My mailbox is very wobbly and sags deeply to the side. I tried stuffing dirt in the base where's there's a gap, but that doesn't work. What is my best course of action?

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  • 1
    You need guy wires!
    – Hot Licks
    Oct 8, 2020 at 2:24

2 Answers 2


Start by removing the mailbox from whatever it is supported by - the plastic mailbox "post" is a sleeve that's set over some actual post. It may just slip on (so you can just lift it off) or it may have a few screws you need to remove before you can lift it off. (It appears to be this model of "Step2" mailbox, and the assembly instructions do have screws into the post)

When you have removed the mailbox itself, dig the post out. If the post is rotten, or broken/cracked, you'll need a new post. If the post is OK, you'll just need to set it firmly in the ground. If you get a new post, same.

People are terribly fond of setting posts in concrete - it usually causes more problems than not, but it seems great short-term. All you really need to do is set the post vertically in the hole, add only a couple of inches of soil, tamp that soil down firmly, and repeat until the hole is full. The small amount of work involved in tamping is all you save by using concrete to set posts.

Once the post is set, slip the mailbox back on the post. If it was screwed in, replace the screws.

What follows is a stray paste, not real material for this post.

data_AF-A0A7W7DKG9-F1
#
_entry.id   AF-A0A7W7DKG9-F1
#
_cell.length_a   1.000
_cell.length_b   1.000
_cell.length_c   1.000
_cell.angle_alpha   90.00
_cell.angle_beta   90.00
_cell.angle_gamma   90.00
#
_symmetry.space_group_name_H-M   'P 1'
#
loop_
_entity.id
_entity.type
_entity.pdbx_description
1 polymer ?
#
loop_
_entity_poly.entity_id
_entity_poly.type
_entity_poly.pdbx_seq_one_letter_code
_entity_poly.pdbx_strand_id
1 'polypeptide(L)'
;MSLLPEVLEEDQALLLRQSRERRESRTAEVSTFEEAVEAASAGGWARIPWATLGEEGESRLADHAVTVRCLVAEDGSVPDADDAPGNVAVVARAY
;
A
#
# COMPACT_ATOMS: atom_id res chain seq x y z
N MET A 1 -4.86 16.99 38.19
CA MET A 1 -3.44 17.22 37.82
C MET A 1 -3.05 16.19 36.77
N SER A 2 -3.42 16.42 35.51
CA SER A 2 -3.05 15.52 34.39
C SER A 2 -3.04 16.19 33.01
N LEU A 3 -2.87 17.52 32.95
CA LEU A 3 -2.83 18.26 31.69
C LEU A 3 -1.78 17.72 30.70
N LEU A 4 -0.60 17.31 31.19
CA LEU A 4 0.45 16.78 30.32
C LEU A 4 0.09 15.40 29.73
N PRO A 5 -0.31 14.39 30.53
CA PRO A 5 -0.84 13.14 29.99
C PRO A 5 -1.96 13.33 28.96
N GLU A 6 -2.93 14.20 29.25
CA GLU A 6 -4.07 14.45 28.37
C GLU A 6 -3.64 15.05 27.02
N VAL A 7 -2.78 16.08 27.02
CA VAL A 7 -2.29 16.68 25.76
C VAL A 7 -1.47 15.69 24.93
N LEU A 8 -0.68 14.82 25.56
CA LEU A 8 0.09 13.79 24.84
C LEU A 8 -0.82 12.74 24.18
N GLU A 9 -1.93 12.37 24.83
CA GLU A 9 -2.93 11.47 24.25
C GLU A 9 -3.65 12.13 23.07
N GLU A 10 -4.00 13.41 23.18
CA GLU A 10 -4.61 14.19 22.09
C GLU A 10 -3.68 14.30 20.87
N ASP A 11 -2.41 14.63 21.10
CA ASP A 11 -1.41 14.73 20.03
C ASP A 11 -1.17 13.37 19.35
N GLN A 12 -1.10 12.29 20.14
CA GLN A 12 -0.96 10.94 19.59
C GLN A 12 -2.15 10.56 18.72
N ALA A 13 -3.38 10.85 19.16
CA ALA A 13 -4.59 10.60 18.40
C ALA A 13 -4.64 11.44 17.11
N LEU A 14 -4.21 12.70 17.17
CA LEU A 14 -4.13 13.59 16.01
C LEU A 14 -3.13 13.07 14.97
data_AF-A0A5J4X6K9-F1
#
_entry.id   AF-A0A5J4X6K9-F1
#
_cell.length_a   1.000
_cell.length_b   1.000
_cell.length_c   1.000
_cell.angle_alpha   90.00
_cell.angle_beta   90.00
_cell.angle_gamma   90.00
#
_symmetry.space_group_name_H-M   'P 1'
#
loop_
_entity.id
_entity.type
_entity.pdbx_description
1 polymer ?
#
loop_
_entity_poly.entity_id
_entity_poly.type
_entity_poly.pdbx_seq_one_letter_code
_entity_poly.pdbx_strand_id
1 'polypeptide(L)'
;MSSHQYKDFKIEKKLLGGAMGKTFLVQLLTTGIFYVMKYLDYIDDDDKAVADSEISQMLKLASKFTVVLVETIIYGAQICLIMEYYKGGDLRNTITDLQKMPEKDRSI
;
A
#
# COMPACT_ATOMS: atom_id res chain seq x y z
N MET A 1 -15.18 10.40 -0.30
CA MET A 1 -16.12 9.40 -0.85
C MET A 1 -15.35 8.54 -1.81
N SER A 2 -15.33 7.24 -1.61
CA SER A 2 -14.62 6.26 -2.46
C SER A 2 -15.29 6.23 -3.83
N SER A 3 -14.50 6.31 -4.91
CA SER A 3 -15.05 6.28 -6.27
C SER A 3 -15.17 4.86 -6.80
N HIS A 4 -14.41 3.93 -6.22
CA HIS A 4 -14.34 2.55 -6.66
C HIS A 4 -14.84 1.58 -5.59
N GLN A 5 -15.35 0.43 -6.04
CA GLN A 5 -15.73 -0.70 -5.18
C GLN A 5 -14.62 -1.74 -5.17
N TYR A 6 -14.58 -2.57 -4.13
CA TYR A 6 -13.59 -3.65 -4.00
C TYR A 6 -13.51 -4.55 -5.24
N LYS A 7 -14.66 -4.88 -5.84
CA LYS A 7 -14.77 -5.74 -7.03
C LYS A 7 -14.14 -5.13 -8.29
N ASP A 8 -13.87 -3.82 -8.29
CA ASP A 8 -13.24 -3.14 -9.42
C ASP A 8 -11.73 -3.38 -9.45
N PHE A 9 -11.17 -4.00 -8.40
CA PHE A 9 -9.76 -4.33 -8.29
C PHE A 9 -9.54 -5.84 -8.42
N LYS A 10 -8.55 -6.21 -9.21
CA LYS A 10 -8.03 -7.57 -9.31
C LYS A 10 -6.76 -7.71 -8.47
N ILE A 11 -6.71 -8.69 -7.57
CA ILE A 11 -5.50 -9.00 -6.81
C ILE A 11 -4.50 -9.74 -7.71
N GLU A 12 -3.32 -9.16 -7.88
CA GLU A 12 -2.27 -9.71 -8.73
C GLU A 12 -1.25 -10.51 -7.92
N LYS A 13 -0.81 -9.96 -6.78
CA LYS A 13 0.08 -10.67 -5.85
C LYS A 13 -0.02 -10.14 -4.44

• 6
    I agree, though I'd stress using inorganic soil (gravel) except for the top few inches. Organic soil (black dirt) turns to muck when wet and tends to settle and compact over time. Use a little water to compact the gravel.
    – isherwood
    Oct 7, 2020 at 15:29

Although you said all you have is dirt, my recommendation is a post spike and a 4x4. Drive the spike in the ground, attach the 4x4 and put the mailbox post over the 4x4. If you ask, you may even be able to get the lumber yard to cut the 4x4 to length for you.

  • 1
    And, in case it's not abundantly clear, do not attempt to locate the post spike in the existing hole. Put it near the hole (or another acceptable location) and fill in the old hole.
    – FreeMan
    Oct 7, 2020 at 14:01
  • 8
    Come to think of it, calling J.U.L.I.E (or whatever your utility locating service is called in your vicinity) would also be wise. It's free, and could prevent you from driving a stake into something dangerous or expensive to repair.
    – Duston
    Oct 7, 2020 at 14:22
  • 1
    Yes, call before you dig. The mailbox in the photo looks like it says "U.S. Mail", so I'm gonna assume CVagts is in the USA. 811 is the national (USA) call-before-you-dig phone number.
    – Doug Deden
    Oct 7, 2020 at 20:03
  • In contrast to what Freeman said - clearly the soil is a little soft, but has already been slightly compacted where the post is now, so that is the best place to put a new one.
    – MikeB
    Oct 7, 2020 at 22:02

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